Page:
There are some comments regarding Pelosi and Sebelius and Canon 915 at this article. However, I am not absolutely certain that Pelosi’s Archbishop (Niederauer of San Francisco) has explicitly advised her to refrain from presenting herself to receive the Eucharist. And, according to the linked article, the Washington D.C. area Bishops have apparently indicated that they are honoring the directive of Bishop Naumann imposed on HHS Secretary Sebelius.

Pax et bonum,
Keith Töpfer

[21] Posted by Militaris Artifex on 2-29-2012 at 08:54 AM · [top]

[19] Nellie,

The HP article (end of 4th ¶) quotes the Addicting Info blog

written by Ann Werner, who also notes, “To add insult to injury, Fr. Guarnizo left the altar when she delivered her eulogy to her mother. When the funeral was finished he informed the funeral director that he could not go to the gravesite to deliver the final blessing because he was sick.”

Keith Töpfer

[22] Posted by Militaris Artifex on 2-29-2012 at 08:59 AM · [top]

Saluting Father Guarnizo’s stand for Scripture this morning.

[23] Posted by aterry on 2-29-2012 at 10:15 AM · [top]

Thanks, Keith, for all the information. Who knows - maybe Fr. Guarnizo actually was sick. He sure must ahve been under a lot of stress! His is now, that’s for sure. He’s a gutsy man.

[24] Posted by Nellie on 2-29-2012 at 10:45 AM · [top]

I regularly give communion to sinners.  Every Sunday in fact.  So does every priest I know.  It is a very tricky question as to what constitutes a notorious sinner. When does one refuse communion? 

In San Francisco the Roman Catholic Archbishop refused communion to a “Sister of Perpetual Indulgence” (a gay bearded man dressed in a Nun’s Habit).  Clearly this was a good refusal as the “Sister” was making the taking of communion a political act. 

I don’t know the circumstances around this priest’s decision to refuse communion.  At any rate I hope for the sake of consistency that he also refuses communion to his heterosexual congregants who are living together, and also any gossips in the parish.

[25] Posted by Ed McNeill on 2-29-2012 at 11:40 AM · [top]

[25], A lesbian openly living with her lover is not quite the same thing as minor gossip. This lesbian is a public sinner, and could very well have been making a statement by presenting herself for Communion. Giving her Communion in that case is in effect giving the stamp of approval to her life style. This would not be the first time a homosexual used religion in this way. Of course we’re all sinners, and if everyone who ever sinned was refused Communion, then no one would receive. But we do confess our sin (in the course of both ANglican and RC Mass) and resolve to sin no more. You can bet this lesbian wasn’t sorry for her sin, and sure as you-know-what didn’t intend to go and sin no more.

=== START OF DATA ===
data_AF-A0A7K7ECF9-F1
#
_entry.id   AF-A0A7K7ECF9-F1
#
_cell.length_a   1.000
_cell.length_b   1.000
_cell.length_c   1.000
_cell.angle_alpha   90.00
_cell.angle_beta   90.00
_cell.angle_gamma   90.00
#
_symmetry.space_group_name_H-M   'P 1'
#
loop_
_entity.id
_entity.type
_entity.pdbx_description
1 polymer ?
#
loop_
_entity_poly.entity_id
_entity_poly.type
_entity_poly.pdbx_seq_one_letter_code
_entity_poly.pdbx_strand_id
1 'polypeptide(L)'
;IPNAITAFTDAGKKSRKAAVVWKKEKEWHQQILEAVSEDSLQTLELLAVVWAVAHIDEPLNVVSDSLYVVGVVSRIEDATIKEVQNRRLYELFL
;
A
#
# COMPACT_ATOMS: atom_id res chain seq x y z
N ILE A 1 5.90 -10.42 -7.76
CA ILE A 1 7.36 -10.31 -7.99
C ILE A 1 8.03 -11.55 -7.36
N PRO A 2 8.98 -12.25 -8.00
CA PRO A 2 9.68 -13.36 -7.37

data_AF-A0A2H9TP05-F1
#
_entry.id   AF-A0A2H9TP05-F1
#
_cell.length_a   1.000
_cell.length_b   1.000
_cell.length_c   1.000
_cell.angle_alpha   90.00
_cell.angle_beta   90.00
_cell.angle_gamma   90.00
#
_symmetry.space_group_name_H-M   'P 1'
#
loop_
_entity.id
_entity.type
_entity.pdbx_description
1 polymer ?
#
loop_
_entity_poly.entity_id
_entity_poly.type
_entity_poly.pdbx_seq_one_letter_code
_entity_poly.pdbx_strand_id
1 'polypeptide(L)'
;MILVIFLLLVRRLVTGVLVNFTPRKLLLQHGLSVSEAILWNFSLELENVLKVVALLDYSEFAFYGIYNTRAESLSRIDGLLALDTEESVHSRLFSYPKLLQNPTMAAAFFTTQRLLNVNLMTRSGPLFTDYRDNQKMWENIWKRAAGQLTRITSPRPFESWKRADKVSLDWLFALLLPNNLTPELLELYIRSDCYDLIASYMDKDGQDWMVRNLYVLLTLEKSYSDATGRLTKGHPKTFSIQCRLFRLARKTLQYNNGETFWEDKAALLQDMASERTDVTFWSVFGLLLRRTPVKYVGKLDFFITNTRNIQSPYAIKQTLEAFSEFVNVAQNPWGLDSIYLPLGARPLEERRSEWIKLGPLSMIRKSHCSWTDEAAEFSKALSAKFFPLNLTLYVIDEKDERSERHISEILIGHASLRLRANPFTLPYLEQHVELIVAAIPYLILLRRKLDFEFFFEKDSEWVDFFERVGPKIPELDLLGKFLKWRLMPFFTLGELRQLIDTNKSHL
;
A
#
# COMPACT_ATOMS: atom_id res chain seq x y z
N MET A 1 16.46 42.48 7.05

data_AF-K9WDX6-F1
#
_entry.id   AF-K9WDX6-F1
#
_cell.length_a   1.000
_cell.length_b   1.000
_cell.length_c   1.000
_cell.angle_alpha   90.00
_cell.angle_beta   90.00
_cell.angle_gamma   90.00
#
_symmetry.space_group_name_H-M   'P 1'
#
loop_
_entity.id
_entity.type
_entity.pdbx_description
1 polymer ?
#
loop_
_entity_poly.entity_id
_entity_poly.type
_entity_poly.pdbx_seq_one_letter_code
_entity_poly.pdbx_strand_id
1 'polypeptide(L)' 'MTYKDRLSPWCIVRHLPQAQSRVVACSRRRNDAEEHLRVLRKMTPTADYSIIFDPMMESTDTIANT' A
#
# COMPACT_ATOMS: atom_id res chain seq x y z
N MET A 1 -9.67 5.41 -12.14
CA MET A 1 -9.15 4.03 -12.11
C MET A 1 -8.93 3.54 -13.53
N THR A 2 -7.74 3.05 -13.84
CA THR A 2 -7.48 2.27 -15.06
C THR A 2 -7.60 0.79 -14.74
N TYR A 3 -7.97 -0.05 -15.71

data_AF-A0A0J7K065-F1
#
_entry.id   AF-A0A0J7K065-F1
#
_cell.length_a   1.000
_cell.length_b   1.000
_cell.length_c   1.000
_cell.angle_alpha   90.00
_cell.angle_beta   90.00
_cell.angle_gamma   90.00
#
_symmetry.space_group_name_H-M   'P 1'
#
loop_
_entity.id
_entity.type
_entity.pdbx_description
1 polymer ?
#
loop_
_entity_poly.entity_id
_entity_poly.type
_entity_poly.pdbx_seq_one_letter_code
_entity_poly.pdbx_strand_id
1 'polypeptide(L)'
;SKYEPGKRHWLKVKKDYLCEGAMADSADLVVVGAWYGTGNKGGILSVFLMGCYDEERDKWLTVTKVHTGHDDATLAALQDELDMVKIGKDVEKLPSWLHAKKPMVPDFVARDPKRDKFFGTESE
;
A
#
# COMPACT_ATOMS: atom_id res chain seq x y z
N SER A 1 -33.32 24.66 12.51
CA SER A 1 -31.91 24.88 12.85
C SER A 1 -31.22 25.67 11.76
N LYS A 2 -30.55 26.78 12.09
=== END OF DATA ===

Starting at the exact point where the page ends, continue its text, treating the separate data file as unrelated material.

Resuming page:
[26] Posted by Nellie on 2-29-2012 at 12:02 PM · [top]

#25 - Ed.  Perhaps i understand and perhaps I do not.  But articles 28 and 29 differentiate between those who “carnally and visibly press with their teeth” and those who “righty worthily and with faith” or, to use Cramners words “duly receive” the communion.

So, in the Anglican Communion, what difference does it make?  The individual receipient determines what really takes place.  I believe this is called “receptionism”.

Hence, the Open Table movement.

[27] Posted by ALREADY-GONE on 2-29-2012 at 12:17 PM · [top]

26) Nellie, In Roman’s 1 Gossip is listed along with murder, and in the structure of that chapter it is clear that Paul considered it a far worse sin than the sexual sins that are listed earlier.  Paul spends about 10% of Romans on the subject of unity.  We know without unity there is no mission.  Gossips destroy the unity of the church.  Perhaps this is why Paul considered it such a serious sin. Galatians 5:19-21 lists Sexual immorality on a par with a multitude of sins.

19 Now the works of the flesh are evident: sexual immorality, impurity, sensuality, 20 idolatry, sorcery, enmity, strife, jealousy, fits of anger, rivalries, dissensions, divisions, 21 envy,[a] drunkenness, orgies, and things like these. I warn you, as I warned you before, that those who do such things will not inherit the kingdom of God.

I have given communion to people I think have anger management issues and others who suffer from envy.  I have given communion to people who were actively trying to get me fired.  Clearly they were fostering divisions and dissensions within the parish.  Denying someone communion for one type of sin while ignoring others is a matter of integrity and consistency.  It is not a simple matter.

[28] Posted by Ed McNeill on 2-29-2012 at 01:35 PM · [top]

#28 - Ed - sort of like wearing a coat made of two kinds of fabric - expressly forbidden in the OT.  Also, stay away from the Red Lobster shrimp salad !!!

Art what point does this get crazy !!!

[29] Posted by ALREADY-GONE on 2-29-2012 at 01:48 PM · [top]

He did the right thing at the wrong time. Pastorally, it was not in the best interests of the daughter’s well-being for him to refuse her the Sacrament because she was at her mother’s funeral. The refusal will be necessary in the future if she remains unrepentant, but at the funeral, the priest’s job is to be a comfort to the family.

[30] Posted by jric777 on 2-29-2012 at 02:12 PM · [top]

I would hope, Ed, that if parishoners were engaged in organized idolatry, gossip or any of the other sins you rightly point out, you would deny them the Eucharist.  I’d also hope that if a cohabitating lesbian presents herself, you would do the same.

Not really so complicated after all, is it?

[31] Posted by Jeffersonian on 2-29-2012 at 02:14 PM · [top]